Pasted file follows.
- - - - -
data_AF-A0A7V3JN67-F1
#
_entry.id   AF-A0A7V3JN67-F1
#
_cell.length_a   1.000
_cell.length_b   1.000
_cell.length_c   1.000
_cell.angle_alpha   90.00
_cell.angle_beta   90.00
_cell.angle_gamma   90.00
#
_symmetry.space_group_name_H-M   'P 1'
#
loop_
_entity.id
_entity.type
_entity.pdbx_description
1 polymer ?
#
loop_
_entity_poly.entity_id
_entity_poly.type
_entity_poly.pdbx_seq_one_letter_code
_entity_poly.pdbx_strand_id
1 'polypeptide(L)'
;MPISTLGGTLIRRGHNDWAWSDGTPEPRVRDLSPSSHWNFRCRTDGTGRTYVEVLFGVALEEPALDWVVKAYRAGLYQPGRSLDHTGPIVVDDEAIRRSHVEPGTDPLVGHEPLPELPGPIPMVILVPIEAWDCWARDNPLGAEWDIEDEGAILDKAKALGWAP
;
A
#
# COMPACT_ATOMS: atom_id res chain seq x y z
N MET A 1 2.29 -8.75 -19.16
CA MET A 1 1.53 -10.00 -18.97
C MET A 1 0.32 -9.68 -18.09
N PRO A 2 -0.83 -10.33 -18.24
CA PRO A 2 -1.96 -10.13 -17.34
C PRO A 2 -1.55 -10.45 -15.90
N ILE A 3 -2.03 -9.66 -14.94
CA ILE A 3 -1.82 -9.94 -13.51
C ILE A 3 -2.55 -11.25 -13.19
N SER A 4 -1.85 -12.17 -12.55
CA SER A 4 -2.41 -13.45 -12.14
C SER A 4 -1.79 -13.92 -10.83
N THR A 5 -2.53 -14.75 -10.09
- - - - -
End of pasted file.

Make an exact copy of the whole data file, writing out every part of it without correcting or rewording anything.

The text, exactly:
data_AF-A0A7V3JN67-F1
#
_entry.id   AF-A0A7V3JN67-F1
#
_cell.length_a   1.000
_cell.length_b   1.000
_cell.length_c   1.000
_cell.angle_alpha   90.00
_cell.angle_beta   90.00
_cell.angle_gamma   90.00
#
_symmetry.space_group_name_H-M   'P 1'
#
loop_
_entity.id
_entity.type
_entity.pdbx_description
1 polymer ?
#
loop_
_entity_poly.entity_id
_entity_poly.type
_entity_poly.pdbx_seq_one_letter_code
_entity_poly.pdbx_strand_id
1 'polypeptide(L)'
;MPISTLGGTLIRRGHNDWAWSDGTPEPRVRDLSPSSHWNFRCRTDGTGRTYVEVLFGVALEEPALDWVVKAYRAGLYQPGRSLDHTGPIVVDDEAIRRSHVEPGTDPLVGHEPLPELPGPIPMVILVPIEAWDCWARDNPLGAEWDIEDEGAILDKAKALGWAP
;
A
#
# COMPACT_ATOMS: atom_id res chain seq x y z
N MET A 1 2.29 -8.75 -19.16
CA MET A 1 1.53 -10.00 -18.97
C MET A 1 0.32 -9.68 -18.09
N PRO A 2 -0.83 -10.33 -18.24
CA PRO A 2 -1.96 -10.13 -17.34
C PRO A 2 -1.55 -10.45 -15.90
N ILE A 3 -2.03 -9.66 -14.94
CA ILE A 3 -1.82 -9.94 -13.51
C ILE A 3 -2.55 -11.25 -13.19
N SER A 4 -1.85 -12.17 -12.55
CA SER A 4 -2.41 -13.45 -12.14
C SER A 4 -1.79 -13.92 -10.83
N THR A 5 -2.53 -14.75 -10.09